Brandon's Family Follow-up: Doug, Debbie and Brandon

Family Rehabilitation
Dr. Phil follows up with Brandon and his family on the dramatic journey from drug addiction to recovery.Dr. Phil asks Brandon's parents, Doug and Debbie, how they feel after hearing all of Brandon's secrets.


"I am blown away by watching that," says Debbie. "Of how many things we missed and how we so trusted and believed in him, and even though we might have seen signs and asked him about it, he would convince us otherwise."


Doug and Debbie have been disagreeing about what should happen next with Brandon, and it's putting a strain on their marriage. Doug is ready for Brandon to get a job and start meeting his financial obligations, and he thinks Debbie is showing signs of enabling Brandon again. Debbie doesn't agree with Doug, and thinks Doug is pushing Brandon too hard.


Doug explains his side of things: "I would suppose the best way to put it is I'm more of a disciplinarian. And I'm looking for the quick results. I knew that this was going to be a lengthy process, but ... I'm waiting for the job. He's got some financial commitments that he needs to step to the plate on, and I think for me the turning point is going to be when I see him step up and recognize he's got obligations to people, and he begins to contribute to those.""And how are you handling your frustration right now?" Dr. Phil asks Doug.


"Well, at family week at the facility, I learned I am an enabling, codependent, detached, angry father ... I guess is the best way to describe it," says Doug.


Dr. Phil asks Doug about his behavior when he gets home after work " that he tends to withdraw into his bedroom. Doug admits it's a behavior he learned over the years to avoid conflict with his son and his wife.


Dr. Phil points out that Doug and Brandon are very similar, but Brandon disagrees. Dr. Phil explains, "Both of you want immediate gratification right now. You want what you want when you want it and it's right now," he says, pointing out that Brandon is frustrated with his slow recovery, feeling like he's wasted three years of his life, and that Doug is frustrated with Brandon's slow recovery too.
To further illustrate his point, Dr. Phil says to Doug: "You want him better right now. You want his brain cleared right now. You want him to step up and start living like a 22-year-old right now, even though he went into a social developmental arrest three years ago, so he's still functioning at a much younger level."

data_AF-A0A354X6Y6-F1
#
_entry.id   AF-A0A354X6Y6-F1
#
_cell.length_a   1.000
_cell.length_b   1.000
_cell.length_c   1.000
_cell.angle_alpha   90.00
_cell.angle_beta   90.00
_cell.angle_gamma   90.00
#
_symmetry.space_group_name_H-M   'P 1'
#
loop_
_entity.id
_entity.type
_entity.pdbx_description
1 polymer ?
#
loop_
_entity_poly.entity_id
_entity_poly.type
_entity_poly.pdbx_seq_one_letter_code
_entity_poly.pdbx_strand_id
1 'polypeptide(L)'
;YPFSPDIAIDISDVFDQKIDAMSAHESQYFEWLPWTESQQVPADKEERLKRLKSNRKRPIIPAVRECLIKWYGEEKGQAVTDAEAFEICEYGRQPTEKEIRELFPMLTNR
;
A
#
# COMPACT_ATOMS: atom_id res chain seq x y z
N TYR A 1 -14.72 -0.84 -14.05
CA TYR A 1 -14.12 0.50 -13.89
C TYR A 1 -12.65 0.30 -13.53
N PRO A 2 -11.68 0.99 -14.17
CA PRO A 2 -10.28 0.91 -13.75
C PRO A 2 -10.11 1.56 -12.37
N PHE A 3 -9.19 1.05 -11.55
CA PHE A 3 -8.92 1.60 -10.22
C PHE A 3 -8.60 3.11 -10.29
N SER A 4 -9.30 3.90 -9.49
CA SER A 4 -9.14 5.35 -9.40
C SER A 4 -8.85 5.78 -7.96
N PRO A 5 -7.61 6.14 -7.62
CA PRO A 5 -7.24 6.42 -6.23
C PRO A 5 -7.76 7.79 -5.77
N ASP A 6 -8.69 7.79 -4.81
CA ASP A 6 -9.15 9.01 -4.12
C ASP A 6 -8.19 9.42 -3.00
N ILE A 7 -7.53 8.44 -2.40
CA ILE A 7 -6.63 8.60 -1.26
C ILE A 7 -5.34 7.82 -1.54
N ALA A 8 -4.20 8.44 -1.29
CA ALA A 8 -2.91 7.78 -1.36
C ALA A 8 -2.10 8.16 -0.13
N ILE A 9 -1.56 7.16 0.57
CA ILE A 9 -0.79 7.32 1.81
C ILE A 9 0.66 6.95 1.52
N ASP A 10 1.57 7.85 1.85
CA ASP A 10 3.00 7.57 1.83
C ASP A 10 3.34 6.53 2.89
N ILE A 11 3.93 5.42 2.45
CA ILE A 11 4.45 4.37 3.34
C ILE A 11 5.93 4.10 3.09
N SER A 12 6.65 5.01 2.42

And Dr. Phil says to Brandon: "The most outrageous thing I've ever heard you say is, 'It's been three months since I've quit using and I'm in the same place I was three months ago.' The reason I thought that was such an incredible statement is because I think you have moved mountains in three months. You're getting better every single day, every single week. Your bulb is shining brighter and brighter as you emerge from this drug-induced fog, but you say you've made no progress? You have saved your own life, Brandon. You have saved your own life."

Dr. Phil turns back to Doug, asking about his perception of Brandon. "And don't you think he constantly has a chip on his shoulder and he's pretty angry?" he asks.


"Uhh ... I think we still have some issues we need to work together, yeah," says Doug, avoiding the similarity.


Dr. Phil repeats his question: "And don't you think he constantly has a chip on his shoulder and he's pretty angry?"


"Yes, Dr. Phil," says Doug.


"Well, pot, let me introduce you to the kettle," says Dr. Phil, and Doug and Brandon shake hands, laughing.

Dr. Phil explains to the family that although Brandon was the target patient " the one who needed the most help " the entire family was sick, and the whole family was hurting from this situation. Brandon has now gotten treatment, but the rest of the family has not done nearly as much to cure their problems.


Dr. Phil tells Doug what he needs to work on: "You don't have the right, although you may make a good case for having earned the right, you don't have the right to be angry and withdrawn. If you respond in that way, Doug, you are sabotaging his progress. You don't have the right to come home and be frustrated and pout. If you continue to be angry and withdrawn, you're going to set him up for failure. It'll be his choice and he'll make it, but you will give him a justification for it."
Dr. Phil turns to Debbie: "Now, let's talk about you for a minute. I looked up 'enabler' in the dictionary this morning, it had your picture in there! And aren't you going back to what you know best now? Aren't you doing those very things with him now? You're giving him money, you're making excuses, you're going out and doing things for him. You're not enforcing the rules of the house."


He turns to Brandon, "And you're saying, 'You don't have the right to tell me when I can come and go' " excuse me?! You're living at their house when you go home for the weekends, right? You're there under their roof. You're eating their food, sleeping in their bed. That's not your house, it's theirs. You're 22, you're a guest in their home. Get the chip off your shoulder and follow their rules."


Dr. Phil tells Debbie to be careful not to re-infect Brandon with her enabling, and he tells Doug to not re-alienate Brandon with his anger and judgment. "He needs partners right now," he explains. "Partners that require him to be all that he can be; it's got to be a unified deal."